[Para 75] In an alternative embodiment, a locking mechanism may be used to ensure that the lid 26 remains in the "closed" position in the event it is desired to extinguish the candle 22. Such a locking mechanism may provide enhanced safety with respect to any of the automatic flame extinguisher 10, the adjustable automatic flame extinguisher 12, the clip-on automatic flame extinguisher 14, and/or the annularly-mounted automatic flame extinguisher 16 since the lid 26 may have a greater propensity to remain in the "closed" position (e.g. , in the event the candle 22 is inadvertently tipped over). In one embodiment as shown in FIGS. 24-26, a lock 150 includes a lock housing 152 and a lock cavity 154 within the housing 152. The lock housing 152 may couple to the housing 18 as shown in FIGS. 24-26, although in other embodiments the lock housing 152 may attach to the adjustable housing 60 or the annular mounting ring 98. A wheel 156 within the lock cavity 154 may attach to a pin 158 and a latch 160. The pin 158 may protrude out of an upper opening 162 (FIG. 25) of the housing 152 and the latch 160 may protrude out of a lateral or side opening 164 of the housing 152, as best shown in FIG. 25. In this respect, FIGS. 25 best illustrates the outward projection of each of the pin 158 and the latch 160 from the enclosed housing 152, whereas FIGS. 24 and 26 are partial cut-away views illustrating internal operation thereof.

[Para 76] In operation, initially as illustrated in FIG. 24, the lid 26 is in an "open" position (not shown in FIG. 24) relative to the 18. Here, the lock 150 is unlocked. As illustrated in FIG. 26, when the lid 26 rotates or pivots to the "closed" position relative to the housing 18, the bottom of the lid 26 engages the pin 158, thereby pushing the pin downwardly relative to its position illustrated in FIG. 24. As such, the wheel 156 coupled thereto rotates counter-clockwise in response, thereby also repositioning the latch 160 from the configuration illustrated in FIGS. 24-25 to the position illustrated in FIG. 26, i.e., generally positioned over the lid 26. Covering the lid 26 in this manner may help prevent rotation of the lid 26 from the "closed" position illustrated in FIG. 26 back toward the "open" position. To unlock the lid 26, the user may rotate the latch 160 about the wheel 156 in a clockwise direction to move the latch 160 from a position overlying the lid 26 so that the lid 26 may pivot back into the "open" position. Once disengaged, the pin 158 again protrudes out from the top of the lock housing 152. Of course, the lock 150 could be used with any of the embodiments as disclosed herein, and persons of ordinary skill in the art may recognize that other locking mechanisms may be used to help ensure that the lid 26 remains in the "closed" position once activated to snuff out a burning wick 32.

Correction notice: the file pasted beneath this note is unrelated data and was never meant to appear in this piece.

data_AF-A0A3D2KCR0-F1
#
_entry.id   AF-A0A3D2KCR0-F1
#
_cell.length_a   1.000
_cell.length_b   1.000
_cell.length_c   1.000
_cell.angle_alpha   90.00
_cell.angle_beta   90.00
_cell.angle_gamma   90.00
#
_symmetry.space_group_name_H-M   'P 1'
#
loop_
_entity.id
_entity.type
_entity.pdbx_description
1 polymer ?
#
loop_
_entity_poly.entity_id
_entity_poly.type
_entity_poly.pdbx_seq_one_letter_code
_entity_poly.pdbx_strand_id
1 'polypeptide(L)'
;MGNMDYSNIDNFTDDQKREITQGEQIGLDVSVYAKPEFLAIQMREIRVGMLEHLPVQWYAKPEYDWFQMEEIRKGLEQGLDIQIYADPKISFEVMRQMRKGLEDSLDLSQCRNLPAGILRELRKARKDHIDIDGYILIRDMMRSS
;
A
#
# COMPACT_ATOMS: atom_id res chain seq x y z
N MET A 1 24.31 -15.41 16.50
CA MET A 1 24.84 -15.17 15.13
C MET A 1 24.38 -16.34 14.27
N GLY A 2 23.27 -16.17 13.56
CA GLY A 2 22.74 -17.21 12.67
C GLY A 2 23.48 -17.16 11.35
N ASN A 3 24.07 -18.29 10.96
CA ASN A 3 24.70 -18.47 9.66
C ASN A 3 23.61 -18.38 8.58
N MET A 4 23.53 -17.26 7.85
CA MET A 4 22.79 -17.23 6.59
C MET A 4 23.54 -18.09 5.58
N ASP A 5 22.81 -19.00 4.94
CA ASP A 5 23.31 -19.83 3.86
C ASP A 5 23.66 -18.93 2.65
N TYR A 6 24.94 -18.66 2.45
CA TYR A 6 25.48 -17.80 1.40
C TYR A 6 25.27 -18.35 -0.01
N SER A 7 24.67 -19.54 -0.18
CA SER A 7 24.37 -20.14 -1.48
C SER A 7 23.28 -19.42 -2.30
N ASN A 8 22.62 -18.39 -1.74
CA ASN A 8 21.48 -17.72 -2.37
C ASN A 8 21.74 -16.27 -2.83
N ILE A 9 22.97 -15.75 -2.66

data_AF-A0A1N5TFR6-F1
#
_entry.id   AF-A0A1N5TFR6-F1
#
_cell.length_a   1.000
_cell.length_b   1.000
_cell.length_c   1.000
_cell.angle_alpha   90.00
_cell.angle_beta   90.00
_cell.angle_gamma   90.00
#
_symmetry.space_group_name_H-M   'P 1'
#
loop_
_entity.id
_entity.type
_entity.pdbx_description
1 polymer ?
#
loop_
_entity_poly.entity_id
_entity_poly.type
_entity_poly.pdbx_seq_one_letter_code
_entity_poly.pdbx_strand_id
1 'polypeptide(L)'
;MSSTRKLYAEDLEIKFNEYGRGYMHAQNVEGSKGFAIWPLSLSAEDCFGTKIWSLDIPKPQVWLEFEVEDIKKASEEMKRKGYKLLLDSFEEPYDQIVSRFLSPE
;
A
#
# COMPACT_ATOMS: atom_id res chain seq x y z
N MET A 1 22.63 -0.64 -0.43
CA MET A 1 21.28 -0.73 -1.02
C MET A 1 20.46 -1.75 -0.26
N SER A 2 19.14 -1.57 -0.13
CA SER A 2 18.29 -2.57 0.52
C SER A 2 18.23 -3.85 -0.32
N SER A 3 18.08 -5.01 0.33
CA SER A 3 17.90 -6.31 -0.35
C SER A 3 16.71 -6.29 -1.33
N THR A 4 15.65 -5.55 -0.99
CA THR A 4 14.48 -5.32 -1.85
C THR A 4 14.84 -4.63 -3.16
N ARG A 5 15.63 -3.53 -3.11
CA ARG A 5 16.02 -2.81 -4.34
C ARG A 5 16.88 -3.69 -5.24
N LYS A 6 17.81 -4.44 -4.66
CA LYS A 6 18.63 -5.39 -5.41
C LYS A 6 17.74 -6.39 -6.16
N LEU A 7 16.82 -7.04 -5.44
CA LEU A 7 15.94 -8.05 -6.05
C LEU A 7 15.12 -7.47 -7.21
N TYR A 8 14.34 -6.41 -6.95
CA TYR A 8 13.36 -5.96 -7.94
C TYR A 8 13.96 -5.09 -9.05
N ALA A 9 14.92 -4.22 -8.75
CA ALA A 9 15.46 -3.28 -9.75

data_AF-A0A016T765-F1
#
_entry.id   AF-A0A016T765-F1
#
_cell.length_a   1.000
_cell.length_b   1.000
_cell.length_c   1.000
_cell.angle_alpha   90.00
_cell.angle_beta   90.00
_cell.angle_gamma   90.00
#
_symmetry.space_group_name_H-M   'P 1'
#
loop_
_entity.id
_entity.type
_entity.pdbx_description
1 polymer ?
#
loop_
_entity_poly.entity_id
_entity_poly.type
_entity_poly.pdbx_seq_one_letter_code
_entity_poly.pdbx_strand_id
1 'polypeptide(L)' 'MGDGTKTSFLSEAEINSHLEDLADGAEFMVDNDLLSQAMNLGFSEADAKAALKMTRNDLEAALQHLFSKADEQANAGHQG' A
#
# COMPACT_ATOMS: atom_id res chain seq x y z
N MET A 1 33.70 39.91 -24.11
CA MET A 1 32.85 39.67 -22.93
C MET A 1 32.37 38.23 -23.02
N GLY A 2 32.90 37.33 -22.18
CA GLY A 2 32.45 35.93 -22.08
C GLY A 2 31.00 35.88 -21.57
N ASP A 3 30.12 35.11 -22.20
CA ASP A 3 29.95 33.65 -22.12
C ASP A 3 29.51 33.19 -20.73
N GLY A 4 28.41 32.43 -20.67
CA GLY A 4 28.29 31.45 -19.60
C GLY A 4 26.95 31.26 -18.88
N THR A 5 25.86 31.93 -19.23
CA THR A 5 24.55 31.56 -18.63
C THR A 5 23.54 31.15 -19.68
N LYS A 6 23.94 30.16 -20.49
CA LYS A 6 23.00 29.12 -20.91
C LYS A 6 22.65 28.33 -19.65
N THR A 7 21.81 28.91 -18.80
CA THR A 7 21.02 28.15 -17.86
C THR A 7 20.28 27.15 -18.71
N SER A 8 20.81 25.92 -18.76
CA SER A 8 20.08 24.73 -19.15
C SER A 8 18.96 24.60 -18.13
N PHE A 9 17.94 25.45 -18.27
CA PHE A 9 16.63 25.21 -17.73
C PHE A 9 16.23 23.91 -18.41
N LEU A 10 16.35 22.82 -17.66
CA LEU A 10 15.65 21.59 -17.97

[Para 77] Although several embodiments have been described in detail for purposes of illustration, various modifications may be made without departing from the scope and spirit of the invention. Accordingly, the invention is not to be limited, except as by the appended claims.